Swedish international clothing retail brand, H&M, were onto something real when they declared they would not use Chinese cotton from the Xinjiang region because of the ongoing Uyghur genocide in that province.
China accounts for an estimated 22% of world cotton production and 84% of their cotton is grown and picked in the Xinjiang province, largely by enslaved Muslim Uyghur’s.
In a statement last year, H&M, said: “We do not work with any garment manufacturing factories located in the Xinjiang Uyghur autonomous region, and we do not source products from this region.”
H&M’s social conscience campaign has substance and it is addressing a real issue of human rights abuse, which has vested and powerful interests in China.
The clothing company has found since that it was a costly position (unlike the woke virtue-signalling which has pervaded Western corporations and institutions) and they now face the focussed ire of the Chinese Communist Party (CCP), who have threatened H&M’s access to the Chinese market.
A spokesman for the CCP said it baldly: “Can H&M continue to make money in the Chinese market? Not anymore.”
Nike and Addidas have also come under pressure from China for the same reason.
H&M have since issued a compromising placatory statement which tries to please both sides while saying nothing.
The question is, will H&M stand firm on this human rights issue or will they bend to Communist China’s belligerence? They might be better – even from a purely economic sense – to bite the bullet and not back down, because the move to decouple the consumer markets might end up coming primarily from China, not the West, and at least H&M can build a reputation as champions of ethical business.
The rapidly expanding Chinese economy and its market of 1.4 billion people has been a significant lure for global companies. China’s export-driven growth and low cost production have had two effects: of making it central to global supply chains, and of creating a burgeoning upper and middle-class consumerist society hungry for luxury brands within the country.
Western brands hoping to do business in China have had to kowtow to CCP diktats and conditions. Manufacturing companies hoping to set up in China, for example, are required to hand over 51% of the company and patent rights to the CCP.
But this control increasingly is not just economic, it is also cultural. The NBA, most definitely a woke corporation who are also extremely keen to exploit the broadcasting of American Basketball into China, apologised profusely to the CCP after the Heuston Rockets general manager, Daryl Morey, made comments in support of pro-democracy protestors Hong Kong.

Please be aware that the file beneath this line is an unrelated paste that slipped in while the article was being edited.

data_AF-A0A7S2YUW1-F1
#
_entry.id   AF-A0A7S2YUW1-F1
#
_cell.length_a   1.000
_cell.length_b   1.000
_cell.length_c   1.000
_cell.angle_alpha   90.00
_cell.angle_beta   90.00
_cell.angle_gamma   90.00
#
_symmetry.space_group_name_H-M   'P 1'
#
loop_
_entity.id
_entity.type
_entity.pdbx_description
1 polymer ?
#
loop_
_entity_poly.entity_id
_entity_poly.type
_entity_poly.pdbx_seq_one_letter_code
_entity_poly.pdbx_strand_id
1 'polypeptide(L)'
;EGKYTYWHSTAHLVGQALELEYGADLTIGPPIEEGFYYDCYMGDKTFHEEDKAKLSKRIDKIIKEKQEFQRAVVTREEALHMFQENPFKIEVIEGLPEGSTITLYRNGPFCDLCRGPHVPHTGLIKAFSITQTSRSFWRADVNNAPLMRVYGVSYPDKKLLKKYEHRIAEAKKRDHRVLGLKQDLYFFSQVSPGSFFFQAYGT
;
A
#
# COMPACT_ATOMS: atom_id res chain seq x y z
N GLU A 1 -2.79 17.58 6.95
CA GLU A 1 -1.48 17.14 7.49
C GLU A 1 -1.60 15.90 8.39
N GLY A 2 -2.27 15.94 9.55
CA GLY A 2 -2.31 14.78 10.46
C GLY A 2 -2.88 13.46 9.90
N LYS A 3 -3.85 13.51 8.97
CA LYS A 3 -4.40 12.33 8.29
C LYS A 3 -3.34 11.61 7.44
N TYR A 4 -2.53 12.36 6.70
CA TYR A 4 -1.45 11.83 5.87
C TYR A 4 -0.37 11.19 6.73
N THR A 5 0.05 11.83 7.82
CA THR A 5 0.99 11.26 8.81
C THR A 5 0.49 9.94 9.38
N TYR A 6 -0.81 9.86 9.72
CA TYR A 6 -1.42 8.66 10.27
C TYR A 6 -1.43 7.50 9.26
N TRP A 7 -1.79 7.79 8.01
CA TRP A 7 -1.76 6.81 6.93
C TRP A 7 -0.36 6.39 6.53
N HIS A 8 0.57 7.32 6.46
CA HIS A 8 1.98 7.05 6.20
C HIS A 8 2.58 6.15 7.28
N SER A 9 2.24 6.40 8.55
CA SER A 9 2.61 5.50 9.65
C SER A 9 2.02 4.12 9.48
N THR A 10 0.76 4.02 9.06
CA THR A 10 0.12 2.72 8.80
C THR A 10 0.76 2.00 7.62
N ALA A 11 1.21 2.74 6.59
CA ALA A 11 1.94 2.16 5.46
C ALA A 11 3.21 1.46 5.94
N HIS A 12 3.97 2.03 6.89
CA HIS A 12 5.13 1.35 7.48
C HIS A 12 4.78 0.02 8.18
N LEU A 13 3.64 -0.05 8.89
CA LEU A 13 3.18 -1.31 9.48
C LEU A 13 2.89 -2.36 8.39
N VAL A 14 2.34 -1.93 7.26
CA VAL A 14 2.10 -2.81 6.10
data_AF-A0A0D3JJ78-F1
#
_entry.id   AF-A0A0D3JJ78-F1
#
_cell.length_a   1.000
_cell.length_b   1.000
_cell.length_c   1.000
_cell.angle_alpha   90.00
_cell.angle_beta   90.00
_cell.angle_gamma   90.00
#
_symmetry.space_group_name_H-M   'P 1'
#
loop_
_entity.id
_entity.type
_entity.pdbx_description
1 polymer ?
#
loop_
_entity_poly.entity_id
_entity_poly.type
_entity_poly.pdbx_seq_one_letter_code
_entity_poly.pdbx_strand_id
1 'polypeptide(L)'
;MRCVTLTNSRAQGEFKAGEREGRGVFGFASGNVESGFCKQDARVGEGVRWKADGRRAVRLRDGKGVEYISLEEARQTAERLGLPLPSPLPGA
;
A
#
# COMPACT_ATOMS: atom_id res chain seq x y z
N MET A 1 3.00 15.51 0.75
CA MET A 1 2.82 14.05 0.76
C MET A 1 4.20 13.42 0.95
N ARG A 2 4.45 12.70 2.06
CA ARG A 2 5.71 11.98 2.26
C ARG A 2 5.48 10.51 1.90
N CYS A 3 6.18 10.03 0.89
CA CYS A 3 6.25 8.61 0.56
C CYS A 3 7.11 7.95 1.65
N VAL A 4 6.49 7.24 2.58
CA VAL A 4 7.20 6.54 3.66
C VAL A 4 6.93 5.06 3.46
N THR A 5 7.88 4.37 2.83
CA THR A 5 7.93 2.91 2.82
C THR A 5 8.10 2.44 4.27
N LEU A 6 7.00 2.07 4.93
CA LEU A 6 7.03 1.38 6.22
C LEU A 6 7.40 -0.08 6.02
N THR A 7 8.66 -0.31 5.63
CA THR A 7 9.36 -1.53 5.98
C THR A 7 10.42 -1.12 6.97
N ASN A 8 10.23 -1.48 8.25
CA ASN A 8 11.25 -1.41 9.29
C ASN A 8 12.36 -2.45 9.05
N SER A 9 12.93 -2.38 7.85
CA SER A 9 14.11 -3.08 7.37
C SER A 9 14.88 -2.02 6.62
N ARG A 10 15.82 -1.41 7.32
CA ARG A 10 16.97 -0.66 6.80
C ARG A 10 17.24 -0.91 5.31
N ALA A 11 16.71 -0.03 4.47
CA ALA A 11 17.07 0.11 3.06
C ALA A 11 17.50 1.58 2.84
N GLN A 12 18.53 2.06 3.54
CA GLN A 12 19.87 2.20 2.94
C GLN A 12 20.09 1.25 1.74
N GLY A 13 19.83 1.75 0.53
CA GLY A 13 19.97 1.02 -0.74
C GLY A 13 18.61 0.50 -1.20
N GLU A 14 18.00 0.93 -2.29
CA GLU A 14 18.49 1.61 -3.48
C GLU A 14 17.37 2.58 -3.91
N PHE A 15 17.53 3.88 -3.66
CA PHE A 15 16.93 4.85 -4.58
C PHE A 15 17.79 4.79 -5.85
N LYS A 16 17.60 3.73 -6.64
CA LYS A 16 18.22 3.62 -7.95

Multi-millionaire basketball superstar Lebron James, who claims he fears leaving his walled Beverly Hills estate for fear of being “hunted down”, was quick to walk back his support of Hong Kong upon reflection. Presumably some CCP official had a few words in private about how much money the NBA would lose if they displeased the Chinese authoritarian government.
The ultra-woke Disney corporation have also kowtowed to China and allegedly filmed their Mulan remake within sight of a Chinese concentration camp where Uyghur people were imprisoned.
The CCP have intensified the pressure on H&M with a transparently Stalinist ‘public boycott’ of H&M stores in China. This is apparently coming ‘organically’ from the Chinese public.
Chinese internet companies –delivery, e-commerce, etc- have erased H&M from their services. Nike and Addidas have also come under the same boycott. The idea that this is not coming from the CCP is laughable.
The ‘public boycott’ has even enrolled Chinese celebrities in a ‘patriotic’ move of support for Xinjiang cotton. The beauty of this move is that the CCP, just one week after the EU applied sanctions to China, can claim that this is not their retaliation against western companies.
Much of China’s recent growth has happened by allowing companies to set up in China, stealing their Intellectual properties, and then starting up similar companies. It looks entirely likely that China is applying this same technique to western cultural and fashion brands. It is very likely that Disney and the NBA will get this treatment in short time.
China’s aggressive muscle flexing on the global stage is becoming more belligerent and brazen. A recent meeting between Chinese and American delegations in Anchorage, Alaska, saw Biden’s team humiliated by a contemptuous Chinese delegation.
In a cultural situation where protocol, procedure and optics are of paramount importance, the Chinese delegate’s speech ran over time by 8 times his allotted length, and he berated the Americans for their alleged racism. With China having such influence abroad and a network of around two million spies worldwide, according to leaked information, it is easy to imagine that they are taking part, through their influences in media and politics, in the inflaming of division in the US.
China also has bought influence in Ireland. UCD has its own Confucius institute which received funding from the Chinese government. Too often, the Chinese authorities rely on their vast economic muscle to ensure that the appalling human rights abuse perpetrated in that country are downplayed or ignored.
The world needs to decide if it is going to placate a powerful, authoritarian state or if it is going to take a stand. How other corporations – and countries – react to H&M’s standoff with China is important, not just for the persecuted Uyghurs, but for everyone.